Offering a simple, four-wire installation on most vehicles, the Audiovox ACA250 wireless backup camera can be installed by a person comfortable with simple hand tools in an afternoon. For your labors, the camera system greatly increases the low-speed safety of your vehicle by giving you a looking into the large rear blind spot directly behind many large trucks and SUVs. For smaller cars, the addition of a backup camera may not open up too much more visibility, but we've found that they can be tremendously helpful for pinpoint accuracy when, for example, parallel parking.
However, with the ACA250's simplicity come rough edges in the form of interference from other wireless sources, sometimes with surprising results.
Typically, we don't include installation when reviewing a product, but seeing how Audiovox has made the ease of installation a key selling point--going so far as to state that the ACA250 was designed for a DIY installation--we saw fit to make mention of our experiences while installing the device.
The ACA250 rearview camera system consists of two parts: the camera itself and the monitor. The camera mounts at the rear of the vehicle and features a 110-degree wide-angle lens. Flanking the lens are six infrared LEDs.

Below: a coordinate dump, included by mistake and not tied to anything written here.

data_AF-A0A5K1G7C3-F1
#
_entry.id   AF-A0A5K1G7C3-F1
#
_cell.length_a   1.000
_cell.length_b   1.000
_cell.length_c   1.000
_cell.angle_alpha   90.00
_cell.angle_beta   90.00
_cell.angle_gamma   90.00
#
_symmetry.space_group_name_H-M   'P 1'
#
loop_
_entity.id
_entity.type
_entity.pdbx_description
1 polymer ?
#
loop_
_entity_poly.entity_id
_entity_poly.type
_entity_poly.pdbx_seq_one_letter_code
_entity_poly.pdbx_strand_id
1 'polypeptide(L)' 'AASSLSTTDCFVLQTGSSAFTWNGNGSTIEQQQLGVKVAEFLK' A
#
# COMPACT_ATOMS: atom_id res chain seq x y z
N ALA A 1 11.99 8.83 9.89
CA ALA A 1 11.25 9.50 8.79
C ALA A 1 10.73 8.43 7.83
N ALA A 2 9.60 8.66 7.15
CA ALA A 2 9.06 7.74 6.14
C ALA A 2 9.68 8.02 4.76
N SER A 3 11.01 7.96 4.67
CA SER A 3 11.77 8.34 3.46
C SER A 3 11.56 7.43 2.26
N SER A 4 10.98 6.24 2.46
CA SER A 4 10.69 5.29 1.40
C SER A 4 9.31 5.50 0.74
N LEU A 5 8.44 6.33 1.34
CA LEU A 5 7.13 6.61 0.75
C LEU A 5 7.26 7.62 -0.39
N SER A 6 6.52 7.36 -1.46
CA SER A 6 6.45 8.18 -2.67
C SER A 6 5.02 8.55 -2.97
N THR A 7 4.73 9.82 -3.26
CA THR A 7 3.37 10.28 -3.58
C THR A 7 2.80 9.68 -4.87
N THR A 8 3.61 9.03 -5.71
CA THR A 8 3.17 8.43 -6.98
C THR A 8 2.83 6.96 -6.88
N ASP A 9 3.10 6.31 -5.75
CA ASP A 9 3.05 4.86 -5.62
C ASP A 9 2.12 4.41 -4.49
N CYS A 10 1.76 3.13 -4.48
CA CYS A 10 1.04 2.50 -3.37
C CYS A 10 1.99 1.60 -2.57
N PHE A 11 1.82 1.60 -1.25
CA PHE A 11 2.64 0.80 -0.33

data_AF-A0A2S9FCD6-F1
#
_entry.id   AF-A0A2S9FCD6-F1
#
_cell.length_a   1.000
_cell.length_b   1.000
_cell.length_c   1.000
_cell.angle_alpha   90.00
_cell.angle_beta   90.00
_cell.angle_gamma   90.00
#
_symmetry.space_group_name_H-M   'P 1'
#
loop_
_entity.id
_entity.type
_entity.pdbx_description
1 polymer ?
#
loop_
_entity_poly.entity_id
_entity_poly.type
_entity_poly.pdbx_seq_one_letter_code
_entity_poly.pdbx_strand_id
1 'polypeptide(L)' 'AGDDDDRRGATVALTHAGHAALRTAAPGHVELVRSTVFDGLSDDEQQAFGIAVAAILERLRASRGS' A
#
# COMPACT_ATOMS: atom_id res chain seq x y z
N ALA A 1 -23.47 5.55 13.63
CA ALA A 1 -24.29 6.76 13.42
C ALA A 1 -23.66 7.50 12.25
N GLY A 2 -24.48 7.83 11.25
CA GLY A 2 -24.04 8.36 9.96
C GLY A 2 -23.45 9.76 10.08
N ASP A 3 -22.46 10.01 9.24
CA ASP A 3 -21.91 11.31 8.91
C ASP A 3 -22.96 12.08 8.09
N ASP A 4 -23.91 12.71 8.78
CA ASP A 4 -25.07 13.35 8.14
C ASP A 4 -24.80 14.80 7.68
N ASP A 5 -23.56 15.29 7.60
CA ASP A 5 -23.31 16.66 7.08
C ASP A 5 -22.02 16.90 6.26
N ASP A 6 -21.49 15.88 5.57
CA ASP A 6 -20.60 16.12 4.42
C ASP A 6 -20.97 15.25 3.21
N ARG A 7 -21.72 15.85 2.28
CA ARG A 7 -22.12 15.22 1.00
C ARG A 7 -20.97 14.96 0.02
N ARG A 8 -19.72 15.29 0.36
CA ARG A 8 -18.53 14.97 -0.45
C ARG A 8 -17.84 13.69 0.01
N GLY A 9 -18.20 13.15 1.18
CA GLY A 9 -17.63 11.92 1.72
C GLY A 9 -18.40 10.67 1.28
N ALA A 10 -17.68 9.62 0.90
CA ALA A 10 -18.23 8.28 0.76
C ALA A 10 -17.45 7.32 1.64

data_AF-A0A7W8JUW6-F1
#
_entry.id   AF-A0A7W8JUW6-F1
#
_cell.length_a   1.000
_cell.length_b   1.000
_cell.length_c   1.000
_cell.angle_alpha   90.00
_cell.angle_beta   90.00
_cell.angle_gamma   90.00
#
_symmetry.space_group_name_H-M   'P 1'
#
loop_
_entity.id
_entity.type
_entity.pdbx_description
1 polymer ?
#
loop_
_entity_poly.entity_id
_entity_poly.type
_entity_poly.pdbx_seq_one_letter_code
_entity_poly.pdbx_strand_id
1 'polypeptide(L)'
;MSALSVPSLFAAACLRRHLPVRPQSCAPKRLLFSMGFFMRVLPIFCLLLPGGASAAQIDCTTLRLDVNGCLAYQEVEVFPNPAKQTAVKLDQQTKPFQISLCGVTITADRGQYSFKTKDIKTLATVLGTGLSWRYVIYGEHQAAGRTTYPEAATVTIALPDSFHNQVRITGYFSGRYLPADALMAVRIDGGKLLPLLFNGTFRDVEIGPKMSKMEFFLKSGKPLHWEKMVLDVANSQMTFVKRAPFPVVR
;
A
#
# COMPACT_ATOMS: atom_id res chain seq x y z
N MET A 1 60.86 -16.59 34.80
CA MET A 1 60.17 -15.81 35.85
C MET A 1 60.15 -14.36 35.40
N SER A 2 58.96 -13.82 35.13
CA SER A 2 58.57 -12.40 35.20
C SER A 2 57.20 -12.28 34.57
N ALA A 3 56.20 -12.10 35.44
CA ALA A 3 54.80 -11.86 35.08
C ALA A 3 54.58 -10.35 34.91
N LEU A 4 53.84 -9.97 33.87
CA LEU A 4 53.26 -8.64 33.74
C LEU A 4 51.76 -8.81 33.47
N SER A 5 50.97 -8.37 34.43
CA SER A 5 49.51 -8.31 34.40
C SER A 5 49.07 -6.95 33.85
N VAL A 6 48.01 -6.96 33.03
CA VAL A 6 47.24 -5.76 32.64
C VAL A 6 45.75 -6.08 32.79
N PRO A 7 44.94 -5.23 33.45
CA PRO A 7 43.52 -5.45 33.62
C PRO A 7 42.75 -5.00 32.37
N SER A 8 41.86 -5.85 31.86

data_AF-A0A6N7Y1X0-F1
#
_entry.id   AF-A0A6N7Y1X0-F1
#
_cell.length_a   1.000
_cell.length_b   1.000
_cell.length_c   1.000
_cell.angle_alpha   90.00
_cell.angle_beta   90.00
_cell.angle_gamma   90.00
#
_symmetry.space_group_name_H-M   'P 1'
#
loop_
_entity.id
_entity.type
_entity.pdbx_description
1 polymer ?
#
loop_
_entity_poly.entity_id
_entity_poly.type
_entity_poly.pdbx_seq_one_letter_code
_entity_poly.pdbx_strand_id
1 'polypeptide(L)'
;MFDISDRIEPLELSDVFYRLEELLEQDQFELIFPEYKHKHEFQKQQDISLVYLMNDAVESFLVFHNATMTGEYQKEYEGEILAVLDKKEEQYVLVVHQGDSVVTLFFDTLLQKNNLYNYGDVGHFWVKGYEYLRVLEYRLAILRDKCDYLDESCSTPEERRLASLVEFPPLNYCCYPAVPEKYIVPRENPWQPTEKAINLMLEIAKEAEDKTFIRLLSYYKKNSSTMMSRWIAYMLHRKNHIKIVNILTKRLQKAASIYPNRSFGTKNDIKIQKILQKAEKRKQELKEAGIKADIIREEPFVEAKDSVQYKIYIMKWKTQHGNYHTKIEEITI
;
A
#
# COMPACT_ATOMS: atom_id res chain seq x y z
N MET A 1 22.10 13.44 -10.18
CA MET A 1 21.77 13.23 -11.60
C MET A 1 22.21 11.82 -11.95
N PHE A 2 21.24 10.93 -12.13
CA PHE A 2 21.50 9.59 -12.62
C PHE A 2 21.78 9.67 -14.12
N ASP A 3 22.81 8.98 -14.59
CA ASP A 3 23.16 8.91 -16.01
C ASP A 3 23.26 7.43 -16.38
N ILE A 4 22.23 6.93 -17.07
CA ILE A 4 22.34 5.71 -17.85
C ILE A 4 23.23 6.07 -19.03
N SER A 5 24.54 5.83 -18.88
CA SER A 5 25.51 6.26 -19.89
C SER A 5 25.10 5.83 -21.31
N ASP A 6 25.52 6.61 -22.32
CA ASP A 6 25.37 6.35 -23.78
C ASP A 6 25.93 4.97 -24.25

The camera installation varies in simplicity from vehicle to vehicle, but the steps are essentially the same. First remove two screws holding the vehicle license plate, line the camera's mounting holes up with those of the license plate, and attach the device to the vehicle with the two longer screws included with installation kit.
Next, route the camera's power wires to the reverse lights. How difficult this is depends on your vehicle's rear configuration. Vehicles with reverse lights near the license plate frame offer the easiest installation, while other vehicles--such as our test Chevrolet Aveo, which features a license plate frame on the liftgate and reverse lights on the vehicle body--will require the removal of many body panels and complicated routing of the wires.
Once the wires are routed near the reverse lights, we simply tap the reverse light's power wires and the installation is complete. However, the included wiretaps were unable to pierce the hardened insulating jacket of our reverse lights, so we ended up cutting, stripping, and splicing the wires. Once the wires are tapped, close everything back up and move on the monitor installation.
The monitor is a 2.5-inch color unit that features an adhesive mounting plate for easy installation anywhere there's a flat spot on the vehicle's dashboard. The unit can either be hardwired to any 12-volt source behind the dashboard, or simply plugged into a 12-volt round plug via the included adapter.
When the driver places the vehicle in reverse, power flows to the tapped reverse light, activating the rearview camera. The camera communicates with the monitor using a 2.5 GHz wireless signal, so there are no wires run through the vehicle's cabin. The image is clear, if tiny, and full color, making it easy to discern what or who is directly behind the vehicle.
At night or if the backup lights are blown or otherwise inadequate, the infrared LEDs illuminate in a spectrum that is visible to the camera, but invisible to the human eye. This infrared illumination allows the camera to effectively operate in low light situations, albeit at the expense of color.